While addressing the annual Agrochem Conference organised by Ficci, the minister said: "The biggest challenge today is whether our pesticides and insecticides are complementary to mother nature."
Expressing his concerns about biodiversity, the minister wondered "where bees and sparrows are these days."
So we will study and if it is found that there are pesticides and insecticides which are a threat to our nature and biodiversity, we will recommend banning them to the agriculture ministry," Kumar said.
The minister added that if some pesticides have been banned in other countries like the US, they could be banned in India as well.
Calling for increasing the use of bio-pesticides, Kumar said these have advantages over conventional pesticides.
They are usually inherently less toxic than conventional pesticides, they generally affect only the target pests and closely related organisms, in contrast to broad spectrum, conventional pesticides that may affect organisms as different as birds, insects, and mammals, he added.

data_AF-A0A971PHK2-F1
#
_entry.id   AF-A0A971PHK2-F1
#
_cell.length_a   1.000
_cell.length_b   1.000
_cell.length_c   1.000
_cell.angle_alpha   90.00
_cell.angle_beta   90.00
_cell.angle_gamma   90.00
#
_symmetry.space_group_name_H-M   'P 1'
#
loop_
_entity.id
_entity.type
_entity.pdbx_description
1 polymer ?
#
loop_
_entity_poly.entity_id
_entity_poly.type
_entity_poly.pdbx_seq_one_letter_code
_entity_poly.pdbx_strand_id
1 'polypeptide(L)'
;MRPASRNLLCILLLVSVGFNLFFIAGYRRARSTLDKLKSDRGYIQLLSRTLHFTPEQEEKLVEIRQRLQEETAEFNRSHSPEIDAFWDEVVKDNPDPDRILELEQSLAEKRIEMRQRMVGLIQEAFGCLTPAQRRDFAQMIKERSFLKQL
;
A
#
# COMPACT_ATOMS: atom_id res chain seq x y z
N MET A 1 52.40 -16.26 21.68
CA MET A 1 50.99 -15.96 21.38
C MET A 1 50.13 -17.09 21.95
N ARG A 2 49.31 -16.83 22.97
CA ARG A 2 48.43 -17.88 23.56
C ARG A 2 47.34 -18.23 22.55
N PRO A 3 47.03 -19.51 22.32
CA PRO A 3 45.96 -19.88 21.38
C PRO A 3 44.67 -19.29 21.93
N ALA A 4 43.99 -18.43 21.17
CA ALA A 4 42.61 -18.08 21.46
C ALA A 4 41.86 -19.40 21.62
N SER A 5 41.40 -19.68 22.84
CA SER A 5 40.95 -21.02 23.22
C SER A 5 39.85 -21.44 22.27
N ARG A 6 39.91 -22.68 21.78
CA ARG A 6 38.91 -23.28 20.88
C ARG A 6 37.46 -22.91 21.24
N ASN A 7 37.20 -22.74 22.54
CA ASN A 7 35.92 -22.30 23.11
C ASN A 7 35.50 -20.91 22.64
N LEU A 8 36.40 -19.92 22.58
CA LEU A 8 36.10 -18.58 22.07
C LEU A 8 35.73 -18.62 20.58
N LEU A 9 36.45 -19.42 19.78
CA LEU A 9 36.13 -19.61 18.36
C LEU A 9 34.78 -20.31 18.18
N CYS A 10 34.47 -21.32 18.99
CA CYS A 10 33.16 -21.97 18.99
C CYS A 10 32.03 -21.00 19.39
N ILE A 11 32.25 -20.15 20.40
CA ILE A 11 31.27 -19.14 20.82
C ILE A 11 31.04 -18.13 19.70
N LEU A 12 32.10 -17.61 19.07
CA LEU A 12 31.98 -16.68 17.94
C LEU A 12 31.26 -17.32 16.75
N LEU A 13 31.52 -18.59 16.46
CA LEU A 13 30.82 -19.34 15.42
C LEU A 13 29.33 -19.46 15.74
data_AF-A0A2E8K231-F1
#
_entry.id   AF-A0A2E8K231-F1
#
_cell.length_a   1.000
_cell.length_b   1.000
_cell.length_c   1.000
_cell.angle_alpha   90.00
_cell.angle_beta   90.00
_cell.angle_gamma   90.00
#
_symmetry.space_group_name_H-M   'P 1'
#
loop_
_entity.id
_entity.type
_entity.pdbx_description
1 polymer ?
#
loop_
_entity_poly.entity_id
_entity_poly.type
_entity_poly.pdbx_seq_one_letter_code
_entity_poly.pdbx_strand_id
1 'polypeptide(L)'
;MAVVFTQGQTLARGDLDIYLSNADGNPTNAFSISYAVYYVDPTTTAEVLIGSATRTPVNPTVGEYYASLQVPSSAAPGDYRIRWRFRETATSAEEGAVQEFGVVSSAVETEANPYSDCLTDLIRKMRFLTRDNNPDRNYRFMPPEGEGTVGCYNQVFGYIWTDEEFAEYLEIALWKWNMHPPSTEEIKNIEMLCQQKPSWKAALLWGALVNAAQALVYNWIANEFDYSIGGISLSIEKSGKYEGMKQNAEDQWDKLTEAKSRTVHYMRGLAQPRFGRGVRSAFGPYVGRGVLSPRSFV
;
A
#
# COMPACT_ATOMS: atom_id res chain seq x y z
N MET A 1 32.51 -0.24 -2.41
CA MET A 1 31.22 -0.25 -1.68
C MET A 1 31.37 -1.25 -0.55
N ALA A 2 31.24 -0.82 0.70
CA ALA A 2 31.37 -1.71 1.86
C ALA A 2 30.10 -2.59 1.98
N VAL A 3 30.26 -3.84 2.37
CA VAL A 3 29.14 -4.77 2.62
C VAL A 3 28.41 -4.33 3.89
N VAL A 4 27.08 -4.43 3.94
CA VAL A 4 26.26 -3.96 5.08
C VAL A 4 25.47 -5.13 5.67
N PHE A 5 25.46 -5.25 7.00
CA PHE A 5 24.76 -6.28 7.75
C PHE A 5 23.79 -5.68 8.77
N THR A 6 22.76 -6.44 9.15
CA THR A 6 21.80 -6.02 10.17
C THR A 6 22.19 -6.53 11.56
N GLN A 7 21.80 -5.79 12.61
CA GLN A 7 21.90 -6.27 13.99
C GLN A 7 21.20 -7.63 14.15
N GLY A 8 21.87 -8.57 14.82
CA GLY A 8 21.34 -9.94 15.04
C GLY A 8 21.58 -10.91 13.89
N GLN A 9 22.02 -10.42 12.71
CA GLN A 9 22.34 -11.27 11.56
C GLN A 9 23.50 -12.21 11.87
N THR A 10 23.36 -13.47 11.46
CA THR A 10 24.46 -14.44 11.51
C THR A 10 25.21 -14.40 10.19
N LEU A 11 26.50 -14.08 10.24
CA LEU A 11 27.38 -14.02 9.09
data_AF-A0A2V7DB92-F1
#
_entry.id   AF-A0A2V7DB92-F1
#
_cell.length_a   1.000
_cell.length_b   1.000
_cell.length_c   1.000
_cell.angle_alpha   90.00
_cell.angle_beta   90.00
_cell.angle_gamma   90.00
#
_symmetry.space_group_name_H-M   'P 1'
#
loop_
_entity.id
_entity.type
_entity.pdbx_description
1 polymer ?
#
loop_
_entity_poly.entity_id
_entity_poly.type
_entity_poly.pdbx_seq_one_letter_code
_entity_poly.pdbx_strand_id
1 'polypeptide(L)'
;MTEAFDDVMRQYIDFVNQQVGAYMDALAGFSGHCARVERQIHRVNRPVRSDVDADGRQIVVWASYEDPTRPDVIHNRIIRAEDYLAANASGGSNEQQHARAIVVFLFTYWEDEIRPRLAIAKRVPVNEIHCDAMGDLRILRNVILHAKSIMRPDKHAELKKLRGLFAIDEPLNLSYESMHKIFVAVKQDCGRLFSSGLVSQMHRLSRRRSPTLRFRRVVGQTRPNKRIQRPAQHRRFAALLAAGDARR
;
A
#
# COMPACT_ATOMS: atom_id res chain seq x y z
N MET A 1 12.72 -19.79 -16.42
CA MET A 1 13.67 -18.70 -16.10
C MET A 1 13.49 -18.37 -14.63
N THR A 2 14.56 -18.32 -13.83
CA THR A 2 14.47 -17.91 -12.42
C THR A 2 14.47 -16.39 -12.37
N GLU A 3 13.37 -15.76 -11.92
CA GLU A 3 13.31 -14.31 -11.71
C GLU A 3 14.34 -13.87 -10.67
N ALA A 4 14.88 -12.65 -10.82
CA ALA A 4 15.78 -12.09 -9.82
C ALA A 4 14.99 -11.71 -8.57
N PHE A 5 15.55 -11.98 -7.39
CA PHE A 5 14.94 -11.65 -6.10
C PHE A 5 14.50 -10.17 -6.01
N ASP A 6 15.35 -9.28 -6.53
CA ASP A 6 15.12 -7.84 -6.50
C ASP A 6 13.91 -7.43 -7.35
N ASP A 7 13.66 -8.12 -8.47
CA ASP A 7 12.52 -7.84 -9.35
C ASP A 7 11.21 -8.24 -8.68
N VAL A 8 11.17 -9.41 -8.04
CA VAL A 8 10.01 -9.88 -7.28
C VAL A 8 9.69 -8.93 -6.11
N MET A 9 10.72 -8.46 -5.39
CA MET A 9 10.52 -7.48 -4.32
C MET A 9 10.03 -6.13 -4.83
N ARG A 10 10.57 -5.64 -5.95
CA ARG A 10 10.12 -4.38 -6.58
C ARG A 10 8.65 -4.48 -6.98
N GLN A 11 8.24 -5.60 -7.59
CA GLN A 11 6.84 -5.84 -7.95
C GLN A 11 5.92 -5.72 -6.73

The registration of pesticides, their standards and residue levels, is governed by the Insecticides Act of 1968, which requires major changes to address the issues affecting this segment, he added.
"Green lifestyle is the best lifestyle," the minister said. "The Pesticides Management Bill 2008 has been introduced in Parliament to replace the Insecticides Act, and the government will take all possible action to pass the same expeditiously so as to accelerate the growth and development of this sector," Kumar said.
In India, presently about 250 insecticides stand registered on regular basis for use in the country. There are more than 60 technical grade pesticides being manufactured indigenously by 125 producers and more than 500 pesticide formulators spread over the country.